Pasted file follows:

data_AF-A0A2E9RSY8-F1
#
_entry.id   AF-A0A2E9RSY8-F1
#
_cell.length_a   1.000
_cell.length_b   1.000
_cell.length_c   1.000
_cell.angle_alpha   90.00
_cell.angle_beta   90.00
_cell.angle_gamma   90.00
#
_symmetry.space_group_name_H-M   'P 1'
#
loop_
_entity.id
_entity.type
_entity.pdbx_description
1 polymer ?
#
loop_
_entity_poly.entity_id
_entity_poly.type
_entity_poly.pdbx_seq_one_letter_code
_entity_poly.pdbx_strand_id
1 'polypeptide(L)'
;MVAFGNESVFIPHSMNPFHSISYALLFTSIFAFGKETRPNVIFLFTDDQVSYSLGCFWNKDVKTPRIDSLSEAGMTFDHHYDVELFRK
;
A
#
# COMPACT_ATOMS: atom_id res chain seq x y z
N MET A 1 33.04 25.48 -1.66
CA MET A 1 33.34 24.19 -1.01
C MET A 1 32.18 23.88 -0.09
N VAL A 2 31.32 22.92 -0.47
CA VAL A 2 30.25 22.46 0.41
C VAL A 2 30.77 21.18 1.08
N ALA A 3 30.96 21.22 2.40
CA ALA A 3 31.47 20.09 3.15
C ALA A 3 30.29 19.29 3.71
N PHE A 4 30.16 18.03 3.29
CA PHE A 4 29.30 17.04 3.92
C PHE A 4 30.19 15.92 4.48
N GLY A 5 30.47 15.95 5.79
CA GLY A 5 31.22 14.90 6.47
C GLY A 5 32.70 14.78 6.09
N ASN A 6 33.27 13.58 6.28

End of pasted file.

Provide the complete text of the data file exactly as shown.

data_AF-A0A2E9RSY8-F1
#
_entry.id   AF-A0A2E9RSY8-F1
#
_cell.length_a   1.000
_cell.length_b   1.000
_cell.length_c   1.000
_cell.angle_alpha   90.00
_cell.angle_beta   90.00
_cell.angle_gamma   90.00
#
_symmetry.space_group_name_H-M   'P 1'
#
loop_
_entity.id
_entity.type
_entity.pdbx_description
1 polymer ?
#
loop_
_entity_poly.entity_id
_entity_poly.type
_entity_poly.pdbx_seq_one_letter_code
_entity_poly.pdbx_strand_id
1 'polypeptide(L)'
;MVAFGNESVFIPHSMNPFHSISYALLFTSIFAFGKETRPNVIFLFTDDQVSYSLGCFWNKDVKTPRIDSLSEAGMTFDHHYDVELFRK
;
A
#
# COMPACT_ATOMS: atom_id res chain seq x y z
N MET A 1 33.04 25.48 -1.66
CA MET A 1 33.34 24.19 -1.01
C MET A 1 32.18 23.88 -0.09
N VAL A 2 31.32 22.92 -0.47
CA VAL A 2 30.25 22.46 0.41
C VAL A 2 30.77 21.18 1.08
N ALA A 3 30.96 21.22 2.40
CA ALA A 3 31.47 20.09 3.15
C ALA A 3 30.29 19.29 3.71
N PHE A 4 30.16 18.03 3.29
CA PHE A 4 29.30 17.04 3.92
C PHE A 4 30.19 15.92 4.48
N GLY A 5 30.47 15.95 5.79
CA GLY A 5 31.22 14.90 6.47
C GLY A 5 32.70 14.78 6.09
N ASN A 6 33.27 13.58 6.28